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Company headshots are a great way for clients to connect with your staff members on a personal level and can give your company that competitive edge, especially with so much business now done online. But how should you prepare for your photoshoot to get the most out of your headshot session and ensure it runs smoothly? 

Over the years I have photographed a wide variety of businesses and industries, both large and small, and effective preparation has always been the key to any successful portrait session. So, here are my top tips to help you plan for a photoshoot that gets the results you’re after. 

1. Know what you want from your headshot session

The first thing to do is to understand your vision. Know what look and feel your images need to reflect your company’s brand and convey the correct message. Decide if you want a formal corporate look or images with a more friendly feel. Think about how your images will be used also. Are they for your website, email footer, staff board, etc? Do you need portrait, landscape, or perhaps a panoramic shot to allow text over part of the image? Make a list of all the uses and any specific sizes so you can share this with your professional photographer.

2. Choose the location of your shoot.

Your choice of location will have a huge impact on the look and feel of your images. Choose locations that reflect what your company does and complements the staff members roll. If they work in an office, have the photos taken there. If your business is on location have the shoot on location if you can. As an on-site photographer myself, the most popular choice of my clients is the company office. A meeting or boardroom makes an ideal location for both environmental images and studio backdrop setups. Using a location that has privacy or at least minimal distractions is key to ensuring the subject feels at ease and comfortable when being photographed. Other areas around the office can also make great locations including the outside areas.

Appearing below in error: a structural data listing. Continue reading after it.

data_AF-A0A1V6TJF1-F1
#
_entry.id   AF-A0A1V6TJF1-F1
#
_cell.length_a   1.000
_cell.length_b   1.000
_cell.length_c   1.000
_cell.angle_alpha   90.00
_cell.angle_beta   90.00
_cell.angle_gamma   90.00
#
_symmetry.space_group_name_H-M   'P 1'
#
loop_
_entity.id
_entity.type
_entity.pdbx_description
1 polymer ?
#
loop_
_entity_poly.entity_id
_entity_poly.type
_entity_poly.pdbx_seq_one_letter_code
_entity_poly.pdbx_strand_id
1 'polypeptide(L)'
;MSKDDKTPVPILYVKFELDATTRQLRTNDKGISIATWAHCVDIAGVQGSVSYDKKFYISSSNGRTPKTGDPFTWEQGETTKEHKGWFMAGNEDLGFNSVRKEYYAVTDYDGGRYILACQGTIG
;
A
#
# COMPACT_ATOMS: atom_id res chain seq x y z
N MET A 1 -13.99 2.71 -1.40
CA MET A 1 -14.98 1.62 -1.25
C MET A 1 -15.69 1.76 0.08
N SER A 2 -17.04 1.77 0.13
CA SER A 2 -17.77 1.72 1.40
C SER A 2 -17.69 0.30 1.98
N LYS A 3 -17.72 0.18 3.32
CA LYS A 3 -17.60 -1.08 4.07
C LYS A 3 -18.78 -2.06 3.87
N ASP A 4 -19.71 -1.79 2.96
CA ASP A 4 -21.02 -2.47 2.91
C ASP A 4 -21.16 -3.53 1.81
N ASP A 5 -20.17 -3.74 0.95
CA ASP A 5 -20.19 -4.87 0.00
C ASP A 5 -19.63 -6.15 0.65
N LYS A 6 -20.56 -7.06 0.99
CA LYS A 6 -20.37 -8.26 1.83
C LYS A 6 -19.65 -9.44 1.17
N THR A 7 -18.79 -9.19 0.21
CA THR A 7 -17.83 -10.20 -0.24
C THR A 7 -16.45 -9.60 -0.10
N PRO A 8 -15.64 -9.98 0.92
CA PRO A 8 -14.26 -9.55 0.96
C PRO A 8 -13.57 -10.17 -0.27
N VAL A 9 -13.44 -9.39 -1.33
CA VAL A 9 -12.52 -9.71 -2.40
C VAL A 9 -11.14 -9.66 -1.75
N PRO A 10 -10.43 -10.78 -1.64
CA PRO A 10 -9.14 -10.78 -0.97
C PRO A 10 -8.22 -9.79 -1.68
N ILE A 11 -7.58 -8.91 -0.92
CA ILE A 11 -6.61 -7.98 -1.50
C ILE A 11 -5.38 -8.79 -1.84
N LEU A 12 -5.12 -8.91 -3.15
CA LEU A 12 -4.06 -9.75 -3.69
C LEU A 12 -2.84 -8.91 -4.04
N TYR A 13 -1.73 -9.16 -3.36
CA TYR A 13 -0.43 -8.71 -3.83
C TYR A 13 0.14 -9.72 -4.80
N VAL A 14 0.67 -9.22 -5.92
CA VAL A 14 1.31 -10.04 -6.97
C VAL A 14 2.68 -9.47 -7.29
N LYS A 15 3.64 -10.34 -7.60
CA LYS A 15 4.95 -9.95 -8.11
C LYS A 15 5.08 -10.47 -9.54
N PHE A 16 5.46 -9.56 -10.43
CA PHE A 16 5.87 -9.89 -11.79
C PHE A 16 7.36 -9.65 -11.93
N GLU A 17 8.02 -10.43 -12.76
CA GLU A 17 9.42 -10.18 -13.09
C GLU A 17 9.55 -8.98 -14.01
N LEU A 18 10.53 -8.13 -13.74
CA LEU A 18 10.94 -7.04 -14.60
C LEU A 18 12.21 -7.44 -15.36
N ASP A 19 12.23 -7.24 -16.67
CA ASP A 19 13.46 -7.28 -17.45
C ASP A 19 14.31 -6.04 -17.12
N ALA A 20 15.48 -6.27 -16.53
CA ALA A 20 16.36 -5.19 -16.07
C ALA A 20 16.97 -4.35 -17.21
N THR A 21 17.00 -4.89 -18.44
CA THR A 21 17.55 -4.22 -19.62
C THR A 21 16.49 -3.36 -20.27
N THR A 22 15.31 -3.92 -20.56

3. Communicate your vision to the photographer

Make sure to discuss your vision in detail with the photographer. I always like to meet with my clients onsite prior to the shoot to discuss options, location ideas, and ensure we are in unison on the brief. I would rather clients asked lots of questions than not enough. Ensuring we both are on the same page and understand what needs to be achieved prior to the day is key to any successful headshot session.

 

4. Don’t rush the schedule

Your schedule should allow plenty of time for each person to be photographed. Session lengths will vary from person to person as some people take longer to settle in than others. Many people get nervous when having their photo taken, myself included, and need longer to warm up and relax. Others are in and out in just minutes. I always recommend allowing 10 minutes per person for a single photo. This allows time for people to relax, adjust any clothing or makeup, and for those people who get stuck on a call and running late. Sometimes time is against us and you need people in and out in just 5 minutes. If there’s no way around it, we’ll make it work. But if possible, schedule plenty of time and you will get better results.

 

5. Give clear instructions to your team

Make sure those involved know the schedule and what time they are booked in for. Advise them to start getting ready 10 minutes beforehand. I often have clients arrive all flustered because they have just rushed down after a conference call. It can then take a while for them to slow down ready for a great headshot. Allow time to relax, do makeup and hair, and be ready for the scheduled start time.

Give them wardrobe instructions too. How your staff dress and look in their headshots should reflect your company brand and image. A legal firm may prefer a more corporate and conservative look with suits and ties. A graphic design company may want a more casual and colourful image. Whatever your choice make sure everyone does the same. This also helps to show the unity and bond within your team in a visual way and ensures people don’t clash in group shots particularly.

If you need any further advice or planning a company headshot session, please get in touch. I am happy to help.